Marvel Ultimate Alliance is a who’s who of Marvel’s best villains, and they interact with the world in a way that makes sense for their characters. Galactus is a cosmic god. Dr. Doom prizes power above all else. The Mandarin is willing to betray the other evil-doers if it means he can come out on top (spoiler: he doesn’t). The Skrull are hellbent on galactic extinction, and when the game is over, it’s hard to feel like you didn’t risk it all to save the universe. When Ultimate Alliance 2 pits you against heroes with awful motivation for their actions and their non-powered lackies, I never felt especially heroic.
Solo superhero stories are essential, because superheroes should represent a diverse cross-section of people and individual stories can provide inspiring heroics for all members of society. But crossover stories are also fun because sometimes there are problems we can’t solve on our own, and if we can tackle them with friends, it’s that much better. Ultimate Alliance let you and your friends take center stage in an epic fantasy. And if you and four friends can be the Fantastic Four or the X-Men or one of the many line-ups of the Avengers, everybody gets to be the hero and play together.
The original Ultimate Alliance had deep roots in RPGs. In fact, it could easily be considered a four person, superhero driven version of Diablo. There was an emphasis on loot. You leveled up and spent skill points and money on new costumes and abilities. It was stat-driven. And that’s fine, although the idea of Spider-Man equipping something dropped by Bullseye to become stronger is a little silly. But the first game (the second fixed this) only gave experience points to the people in your active party. In a game with over twenty characters, you were given very little incentive to experiment with your roster because the characters who were sitting on your bench quickly became underleveled. If you offer a huge cast, encourage players to pick and choose who they play as often as possible; don’t give them reason to form a bland, vanilla party.
When Ultimate Alliance takes you to Arcade’s Murderworld or Namor’s Atlantis, it’s showing parts of the Marvel Universe that are never displayed in films or television. Hell, Murderworld is probably only familiar to the casual gamer because of the old Sega Genesis/SNES game Arcade’s Revenge, where the X-Men team up with Spider-Man. And we should see more deep cuts from the Marvel/DC Universe in games/film. Where’s the Squirrel Girl or Kamala Khan film? Miles Morales is long due for his own Spider-Man film (especially after the Andrew Garfield franchise never went anywhere). The success of Ant-Man and Guardians of the Galaxy shows that audiences are willing to embrace unknown heroes if the Marvel brand is there and the reviews are good enough. It’s time games take the same risks.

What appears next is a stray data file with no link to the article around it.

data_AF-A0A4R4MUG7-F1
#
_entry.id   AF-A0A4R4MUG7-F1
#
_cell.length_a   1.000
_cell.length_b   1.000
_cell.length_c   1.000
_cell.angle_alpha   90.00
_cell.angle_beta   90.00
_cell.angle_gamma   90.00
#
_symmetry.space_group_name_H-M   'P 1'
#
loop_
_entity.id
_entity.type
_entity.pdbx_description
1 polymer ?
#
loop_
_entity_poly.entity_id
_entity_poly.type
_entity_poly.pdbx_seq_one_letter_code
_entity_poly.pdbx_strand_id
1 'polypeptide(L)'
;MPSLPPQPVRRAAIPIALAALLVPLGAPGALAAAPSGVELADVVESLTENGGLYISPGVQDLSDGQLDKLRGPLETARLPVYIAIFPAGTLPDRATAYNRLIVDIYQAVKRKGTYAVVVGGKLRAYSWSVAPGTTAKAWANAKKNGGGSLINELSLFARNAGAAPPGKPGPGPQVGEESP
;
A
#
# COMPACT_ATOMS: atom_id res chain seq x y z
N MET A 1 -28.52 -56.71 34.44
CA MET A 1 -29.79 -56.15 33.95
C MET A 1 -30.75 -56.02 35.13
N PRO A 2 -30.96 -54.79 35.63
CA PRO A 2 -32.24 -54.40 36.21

The Ultimate Alliance games are spiritual successors to Raven Software’s earlier X-Men Legends games, which had the same premise as the Ultimate Alliance games but let you have fun with the massive roster of X-Men heroes instead of the broader Marvel Universe. And here’s a thing you’ve maybe noticed. We haven’t had an X-Men game in years. The last console X-Men game was 2011’s X-Men: Destiny which got… not great reviews. And there are rumors these days that Disney is holding back on new X-Men games until they can reclaim the film license from Fox. A handful of X-Men have appeared in the Lego games and other licensed Marvel products, but they haven’t been able to star in a long while. I don’t know about the rest of you but there are few things as satisfying as throwing Gambit’s kinetic energy powered playing cards at enemies or controlling the weather and wreaking havoc as Storm. Come on, Disney. Let the X-Men shine.
Don Saas is a music and games journalist based out of West Virginia. If you want to see his rants about movies and pro wrestling, you can find him on Twitter here.